Everything You Need to Know About Japanese Green Tea


Japanese green teas have become popular all around the world for their unique flavor profile. One of the things that sets them apart from other green teas is that the leaves are steamed after harvesting, in order to lock in these natural vegetable flavors of the tea. The steaming process can also create these vibrant green colors, particularly with the longer steamed Fukamushi teas. Another thing that makes Japanese green teas unique is that a lot of the tea plants are grown under shade right before the harvest. By cutting these tea plants off from sunlight, they retain more caffeine, theanine and chlorophyll. The tea also takes on a smoother and sweeter flavor, which many tea drinkers enjoy. In this video, we’re going to cover the basic types of Japanese green teas and what each of them taste like.


First, let’s start with the most basic type of Japanese green tea - sencha. Sencha is the most common type of tea consumed in Japan, making up about 70% of the total tea consumption. In addition to being the most popular category, it’s also the most diverse category. Long shaded sencha teas can produce an incredibly sweet flavor, while unshaded senchas can be a bit drier and more astringent. Another variable is how long the leaves are steamed. Longer steamed teas like Fukamushi senchas can take on a smoother and more fruity flavor and short steamed asamushi senchas can be on the fresher or more citrusy side. Sencha teas are typically made from the youngest sprouts of the tea plant, as these are the highest in nutrients and considered to be the most flavorful. Like all Japanese green teas, Sencha is best prepared in the clay Kyusu teapot. This teapot allows the leaves enough space to open up and fully release their flavor into the water, and then keeps the leaves out of your cup with the built in filter.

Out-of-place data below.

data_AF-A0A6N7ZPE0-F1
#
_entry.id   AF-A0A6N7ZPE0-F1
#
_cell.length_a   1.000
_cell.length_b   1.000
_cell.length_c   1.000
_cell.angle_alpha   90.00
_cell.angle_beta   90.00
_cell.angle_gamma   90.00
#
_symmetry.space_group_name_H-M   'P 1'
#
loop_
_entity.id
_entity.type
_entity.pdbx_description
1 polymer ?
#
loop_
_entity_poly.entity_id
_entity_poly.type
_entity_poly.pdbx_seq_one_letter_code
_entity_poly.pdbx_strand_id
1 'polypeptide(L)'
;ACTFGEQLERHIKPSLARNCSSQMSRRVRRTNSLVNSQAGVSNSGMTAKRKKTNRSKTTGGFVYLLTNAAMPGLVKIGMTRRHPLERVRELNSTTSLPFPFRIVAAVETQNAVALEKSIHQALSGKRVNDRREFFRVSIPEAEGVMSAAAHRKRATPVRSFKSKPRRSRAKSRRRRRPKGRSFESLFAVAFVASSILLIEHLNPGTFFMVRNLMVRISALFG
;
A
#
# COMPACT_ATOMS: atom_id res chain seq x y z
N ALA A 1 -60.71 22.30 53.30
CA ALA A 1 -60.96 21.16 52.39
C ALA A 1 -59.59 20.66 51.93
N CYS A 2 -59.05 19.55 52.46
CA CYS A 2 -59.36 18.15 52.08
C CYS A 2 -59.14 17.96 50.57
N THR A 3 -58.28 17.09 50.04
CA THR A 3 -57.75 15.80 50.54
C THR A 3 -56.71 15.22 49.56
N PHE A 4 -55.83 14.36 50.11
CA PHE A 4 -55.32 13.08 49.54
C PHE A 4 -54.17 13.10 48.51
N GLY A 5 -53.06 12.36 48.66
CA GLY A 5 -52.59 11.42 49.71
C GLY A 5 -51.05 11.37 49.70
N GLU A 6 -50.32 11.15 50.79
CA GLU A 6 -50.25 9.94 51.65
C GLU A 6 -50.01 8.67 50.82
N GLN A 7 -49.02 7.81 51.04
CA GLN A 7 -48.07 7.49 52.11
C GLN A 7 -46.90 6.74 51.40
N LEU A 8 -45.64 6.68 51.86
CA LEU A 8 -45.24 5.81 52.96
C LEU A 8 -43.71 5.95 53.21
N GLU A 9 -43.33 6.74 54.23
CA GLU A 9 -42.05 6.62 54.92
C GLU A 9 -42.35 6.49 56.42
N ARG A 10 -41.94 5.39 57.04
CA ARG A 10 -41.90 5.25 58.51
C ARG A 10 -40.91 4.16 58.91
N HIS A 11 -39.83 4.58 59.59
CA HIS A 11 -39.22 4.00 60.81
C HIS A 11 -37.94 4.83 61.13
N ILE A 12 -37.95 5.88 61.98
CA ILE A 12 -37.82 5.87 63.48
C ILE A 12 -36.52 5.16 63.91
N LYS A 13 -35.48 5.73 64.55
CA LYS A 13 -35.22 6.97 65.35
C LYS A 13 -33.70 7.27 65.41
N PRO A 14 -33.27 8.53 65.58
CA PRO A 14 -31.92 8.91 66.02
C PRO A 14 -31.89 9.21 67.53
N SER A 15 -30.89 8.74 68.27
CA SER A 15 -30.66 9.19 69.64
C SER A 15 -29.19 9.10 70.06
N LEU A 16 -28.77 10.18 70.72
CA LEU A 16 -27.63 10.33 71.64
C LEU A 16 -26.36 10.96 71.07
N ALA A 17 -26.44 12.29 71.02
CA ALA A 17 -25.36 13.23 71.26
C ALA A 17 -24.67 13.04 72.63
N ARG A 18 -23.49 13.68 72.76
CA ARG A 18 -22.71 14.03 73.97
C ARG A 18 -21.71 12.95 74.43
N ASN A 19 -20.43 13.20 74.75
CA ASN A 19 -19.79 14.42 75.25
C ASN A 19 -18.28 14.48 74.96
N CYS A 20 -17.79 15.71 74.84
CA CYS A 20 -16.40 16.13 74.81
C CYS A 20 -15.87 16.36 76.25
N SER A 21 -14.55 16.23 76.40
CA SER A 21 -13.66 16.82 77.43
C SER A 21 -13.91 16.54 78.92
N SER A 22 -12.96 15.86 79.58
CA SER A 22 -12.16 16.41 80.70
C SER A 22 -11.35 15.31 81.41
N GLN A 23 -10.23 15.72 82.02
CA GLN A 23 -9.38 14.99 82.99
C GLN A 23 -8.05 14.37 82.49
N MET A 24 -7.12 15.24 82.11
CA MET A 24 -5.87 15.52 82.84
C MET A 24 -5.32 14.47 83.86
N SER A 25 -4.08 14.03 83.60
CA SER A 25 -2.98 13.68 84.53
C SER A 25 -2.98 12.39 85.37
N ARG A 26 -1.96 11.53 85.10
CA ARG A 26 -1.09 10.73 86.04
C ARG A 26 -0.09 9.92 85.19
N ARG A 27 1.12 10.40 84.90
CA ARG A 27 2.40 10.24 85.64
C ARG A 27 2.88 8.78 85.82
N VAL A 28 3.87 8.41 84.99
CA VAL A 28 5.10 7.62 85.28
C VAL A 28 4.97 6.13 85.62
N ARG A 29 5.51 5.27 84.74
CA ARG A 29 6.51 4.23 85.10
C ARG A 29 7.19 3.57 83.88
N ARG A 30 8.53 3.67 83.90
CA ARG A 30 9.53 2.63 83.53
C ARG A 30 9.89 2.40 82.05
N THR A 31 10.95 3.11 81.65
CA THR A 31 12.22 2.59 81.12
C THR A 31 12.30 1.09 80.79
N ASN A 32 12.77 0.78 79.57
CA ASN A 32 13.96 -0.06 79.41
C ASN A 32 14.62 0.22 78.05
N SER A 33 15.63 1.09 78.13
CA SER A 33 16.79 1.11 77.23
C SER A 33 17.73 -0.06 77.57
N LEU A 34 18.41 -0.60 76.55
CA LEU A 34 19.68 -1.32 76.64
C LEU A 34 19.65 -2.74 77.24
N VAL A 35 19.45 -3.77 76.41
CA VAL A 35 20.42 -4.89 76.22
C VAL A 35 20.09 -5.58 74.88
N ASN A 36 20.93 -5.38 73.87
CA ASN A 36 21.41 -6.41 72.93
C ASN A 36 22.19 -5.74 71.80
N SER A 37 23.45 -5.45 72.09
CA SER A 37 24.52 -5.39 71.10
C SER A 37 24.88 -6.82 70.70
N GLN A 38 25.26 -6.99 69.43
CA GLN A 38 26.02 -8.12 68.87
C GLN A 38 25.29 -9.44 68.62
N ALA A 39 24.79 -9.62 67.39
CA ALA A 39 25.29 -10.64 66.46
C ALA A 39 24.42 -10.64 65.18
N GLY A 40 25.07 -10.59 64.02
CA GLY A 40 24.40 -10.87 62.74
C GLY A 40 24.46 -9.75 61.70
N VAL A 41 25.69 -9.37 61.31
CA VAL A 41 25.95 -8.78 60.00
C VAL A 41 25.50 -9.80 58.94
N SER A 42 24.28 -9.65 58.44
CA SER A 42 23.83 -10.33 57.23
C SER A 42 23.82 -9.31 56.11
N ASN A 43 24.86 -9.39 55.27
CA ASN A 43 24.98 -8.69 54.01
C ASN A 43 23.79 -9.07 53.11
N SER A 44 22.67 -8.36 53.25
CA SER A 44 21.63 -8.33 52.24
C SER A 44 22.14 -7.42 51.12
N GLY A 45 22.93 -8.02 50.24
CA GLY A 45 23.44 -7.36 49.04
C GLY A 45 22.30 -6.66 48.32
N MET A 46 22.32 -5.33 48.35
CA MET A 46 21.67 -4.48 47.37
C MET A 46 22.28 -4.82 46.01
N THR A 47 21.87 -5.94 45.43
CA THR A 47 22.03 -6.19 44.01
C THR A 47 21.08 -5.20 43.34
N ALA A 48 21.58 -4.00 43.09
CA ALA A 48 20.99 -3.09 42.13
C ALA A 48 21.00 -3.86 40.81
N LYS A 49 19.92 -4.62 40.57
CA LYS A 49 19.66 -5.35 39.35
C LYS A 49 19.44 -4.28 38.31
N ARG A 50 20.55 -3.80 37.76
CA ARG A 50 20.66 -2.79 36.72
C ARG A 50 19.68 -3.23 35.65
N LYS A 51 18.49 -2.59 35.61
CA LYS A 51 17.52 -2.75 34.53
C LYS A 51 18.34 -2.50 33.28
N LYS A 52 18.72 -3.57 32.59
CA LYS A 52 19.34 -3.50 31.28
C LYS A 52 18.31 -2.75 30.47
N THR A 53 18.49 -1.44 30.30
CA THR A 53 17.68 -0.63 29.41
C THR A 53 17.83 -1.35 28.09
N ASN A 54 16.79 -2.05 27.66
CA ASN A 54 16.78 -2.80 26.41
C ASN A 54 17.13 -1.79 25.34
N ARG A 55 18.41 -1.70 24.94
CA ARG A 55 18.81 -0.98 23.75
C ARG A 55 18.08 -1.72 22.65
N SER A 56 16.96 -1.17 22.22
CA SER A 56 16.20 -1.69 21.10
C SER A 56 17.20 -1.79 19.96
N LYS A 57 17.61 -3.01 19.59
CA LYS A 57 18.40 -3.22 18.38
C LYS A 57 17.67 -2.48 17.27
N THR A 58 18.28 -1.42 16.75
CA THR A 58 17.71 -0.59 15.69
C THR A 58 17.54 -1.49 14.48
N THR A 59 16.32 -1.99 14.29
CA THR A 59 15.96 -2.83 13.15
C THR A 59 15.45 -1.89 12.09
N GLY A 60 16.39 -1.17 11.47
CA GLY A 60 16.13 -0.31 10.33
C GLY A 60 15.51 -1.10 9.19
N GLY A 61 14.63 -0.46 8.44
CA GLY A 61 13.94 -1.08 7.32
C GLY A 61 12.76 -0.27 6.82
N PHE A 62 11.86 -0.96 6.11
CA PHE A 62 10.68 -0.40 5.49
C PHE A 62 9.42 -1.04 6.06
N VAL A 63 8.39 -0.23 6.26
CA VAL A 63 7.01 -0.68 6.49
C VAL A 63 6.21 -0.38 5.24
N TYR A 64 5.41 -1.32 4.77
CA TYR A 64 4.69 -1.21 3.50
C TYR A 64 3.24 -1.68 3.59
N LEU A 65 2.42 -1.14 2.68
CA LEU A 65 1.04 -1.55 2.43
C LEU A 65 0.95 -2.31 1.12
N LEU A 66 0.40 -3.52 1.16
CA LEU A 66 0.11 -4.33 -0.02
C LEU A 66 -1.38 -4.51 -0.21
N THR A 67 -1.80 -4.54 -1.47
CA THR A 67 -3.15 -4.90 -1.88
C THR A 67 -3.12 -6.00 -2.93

Gyokuro is similar to sencha, but it is even more labor intensive to produce. To be considered Gyokuro, the tea plant needs to be shaded for 3 weeks prior to the harvest, in order to develop this characteristic sweet and savory flavor. The name means “jade dew”, which is a reference to the fine green residue it produces during the production process. The intensive shading process boosts not only the flavor of the tea, but also the caffeine and theanine as well. One cup of Gyokuro tea can have between 120-140mg of caffeine, making it one of the highest caffeine teas you can find. Unlike with coffee, Gyokuro contains l-theanine, and amino acid that can buffer some of the negative effects of caffeine. Gyokuro drinkers report having a long lasting energy throughout the day, without the crash or jitters. This tea is quite expensive because it is so difficult to produce. It is challenging for the farmers to keep the tea plant alive for 3 weeks without much sunlight. Mr. Sakamoto, a talented Gyokuro farmer in Southern Japan has created his own method of organic fertilization to keep the tea plant strong without the use of chemicals. This innovative new fertilizer allows the plant to absorb lots of nutrients from the soil to produce a powerful sweet and savory flavor.



While Gyokuro and Sencha are made from the youngest sprouts of the tea plant, Bancha is actually made from the more mature leaves. This tea is actually lower in caffeine and higher in minerals. The tea plant produces caffeine as a defense mechanism to deter insects, and because the older leaves are tougher and less vulnerable, they don’t need to produce as much. These older leaves produce a completely different flavor profile, with softer notes of wet wood and popcorn. This tea is often consumed after a meal because it is less acidic and can even help with digestion. After sencha, Bancha is the most common type of green tea in Japan!